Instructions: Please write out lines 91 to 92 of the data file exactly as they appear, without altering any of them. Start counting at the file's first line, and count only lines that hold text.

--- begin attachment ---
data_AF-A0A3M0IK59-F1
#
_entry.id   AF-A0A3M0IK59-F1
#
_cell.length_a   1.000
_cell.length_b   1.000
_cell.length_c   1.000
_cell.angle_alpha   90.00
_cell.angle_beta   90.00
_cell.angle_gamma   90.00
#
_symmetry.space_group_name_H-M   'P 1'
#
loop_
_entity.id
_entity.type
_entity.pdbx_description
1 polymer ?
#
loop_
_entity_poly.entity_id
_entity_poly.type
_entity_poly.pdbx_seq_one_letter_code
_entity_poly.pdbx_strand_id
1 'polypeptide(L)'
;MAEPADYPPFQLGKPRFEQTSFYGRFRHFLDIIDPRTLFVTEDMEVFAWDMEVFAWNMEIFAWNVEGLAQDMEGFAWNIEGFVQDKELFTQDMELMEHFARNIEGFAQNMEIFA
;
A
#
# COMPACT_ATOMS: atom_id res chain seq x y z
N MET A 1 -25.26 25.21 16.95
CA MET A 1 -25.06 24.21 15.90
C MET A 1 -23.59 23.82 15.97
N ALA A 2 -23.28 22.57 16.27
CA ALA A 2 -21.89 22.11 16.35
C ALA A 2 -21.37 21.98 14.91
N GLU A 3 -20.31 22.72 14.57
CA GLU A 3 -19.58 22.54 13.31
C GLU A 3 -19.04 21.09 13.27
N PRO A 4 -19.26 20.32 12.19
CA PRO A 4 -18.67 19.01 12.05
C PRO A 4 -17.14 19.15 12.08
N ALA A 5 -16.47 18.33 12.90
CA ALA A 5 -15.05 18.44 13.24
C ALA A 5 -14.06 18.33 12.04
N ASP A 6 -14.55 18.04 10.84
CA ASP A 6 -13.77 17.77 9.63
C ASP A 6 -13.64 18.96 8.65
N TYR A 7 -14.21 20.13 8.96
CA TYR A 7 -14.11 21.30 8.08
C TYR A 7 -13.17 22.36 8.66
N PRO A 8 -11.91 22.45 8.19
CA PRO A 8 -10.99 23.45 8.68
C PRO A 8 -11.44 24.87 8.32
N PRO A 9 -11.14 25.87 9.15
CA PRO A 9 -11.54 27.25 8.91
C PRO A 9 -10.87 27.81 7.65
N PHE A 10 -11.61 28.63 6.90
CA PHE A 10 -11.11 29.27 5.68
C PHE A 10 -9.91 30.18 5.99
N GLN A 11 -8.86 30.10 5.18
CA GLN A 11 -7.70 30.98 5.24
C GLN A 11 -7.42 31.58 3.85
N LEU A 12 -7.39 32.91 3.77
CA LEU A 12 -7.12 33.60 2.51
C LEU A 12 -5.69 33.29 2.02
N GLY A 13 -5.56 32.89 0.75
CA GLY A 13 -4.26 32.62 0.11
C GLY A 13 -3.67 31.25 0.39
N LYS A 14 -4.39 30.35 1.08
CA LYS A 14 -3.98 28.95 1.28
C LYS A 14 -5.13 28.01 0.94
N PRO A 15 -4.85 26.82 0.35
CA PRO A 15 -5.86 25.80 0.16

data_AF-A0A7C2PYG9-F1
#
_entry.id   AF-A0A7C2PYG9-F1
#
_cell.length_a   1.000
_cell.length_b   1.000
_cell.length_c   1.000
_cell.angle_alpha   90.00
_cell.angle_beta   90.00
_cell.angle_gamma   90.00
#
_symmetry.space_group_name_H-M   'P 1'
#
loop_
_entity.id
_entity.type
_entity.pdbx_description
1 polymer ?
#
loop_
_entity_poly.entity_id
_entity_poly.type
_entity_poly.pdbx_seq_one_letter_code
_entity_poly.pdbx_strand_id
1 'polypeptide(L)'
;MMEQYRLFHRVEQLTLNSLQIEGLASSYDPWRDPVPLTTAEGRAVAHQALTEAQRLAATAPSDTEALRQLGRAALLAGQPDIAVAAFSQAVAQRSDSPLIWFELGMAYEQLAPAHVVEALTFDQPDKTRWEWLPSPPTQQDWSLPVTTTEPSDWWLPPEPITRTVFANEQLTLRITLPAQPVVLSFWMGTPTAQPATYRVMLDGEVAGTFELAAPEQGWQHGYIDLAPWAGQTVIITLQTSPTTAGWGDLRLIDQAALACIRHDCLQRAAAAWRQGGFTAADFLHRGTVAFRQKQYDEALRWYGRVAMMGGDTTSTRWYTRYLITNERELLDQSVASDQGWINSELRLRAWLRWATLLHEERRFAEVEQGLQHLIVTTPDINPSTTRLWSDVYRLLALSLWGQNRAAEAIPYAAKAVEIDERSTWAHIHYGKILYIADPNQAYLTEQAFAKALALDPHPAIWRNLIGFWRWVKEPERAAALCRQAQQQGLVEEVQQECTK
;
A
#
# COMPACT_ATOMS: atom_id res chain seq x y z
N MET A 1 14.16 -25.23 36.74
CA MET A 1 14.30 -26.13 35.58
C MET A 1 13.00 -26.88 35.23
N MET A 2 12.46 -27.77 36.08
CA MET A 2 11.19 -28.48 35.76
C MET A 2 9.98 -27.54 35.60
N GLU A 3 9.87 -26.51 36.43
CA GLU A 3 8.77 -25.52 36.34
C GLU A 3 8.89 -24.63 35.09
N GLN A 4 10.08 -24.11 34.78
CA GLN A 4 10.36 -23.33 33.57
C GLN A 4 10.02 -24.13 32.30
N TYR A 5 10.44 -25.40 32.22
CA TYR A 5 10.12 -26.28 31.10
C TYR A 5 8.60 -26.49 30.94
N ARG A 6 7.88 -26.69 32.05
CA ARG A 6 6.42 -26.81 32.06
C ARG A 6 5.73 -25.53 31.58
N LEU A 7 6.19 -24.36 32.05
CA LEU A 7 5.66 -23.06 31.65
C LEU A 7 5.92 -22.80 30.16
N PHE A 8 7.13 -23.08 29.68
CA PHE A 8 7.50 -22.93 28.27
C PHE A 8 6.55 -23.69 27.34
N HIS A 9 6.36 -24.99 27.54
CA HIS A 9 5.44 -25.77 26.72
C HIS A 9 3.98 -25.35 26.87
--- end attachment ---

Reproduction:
_entity.pdbx_description
1 polymer ?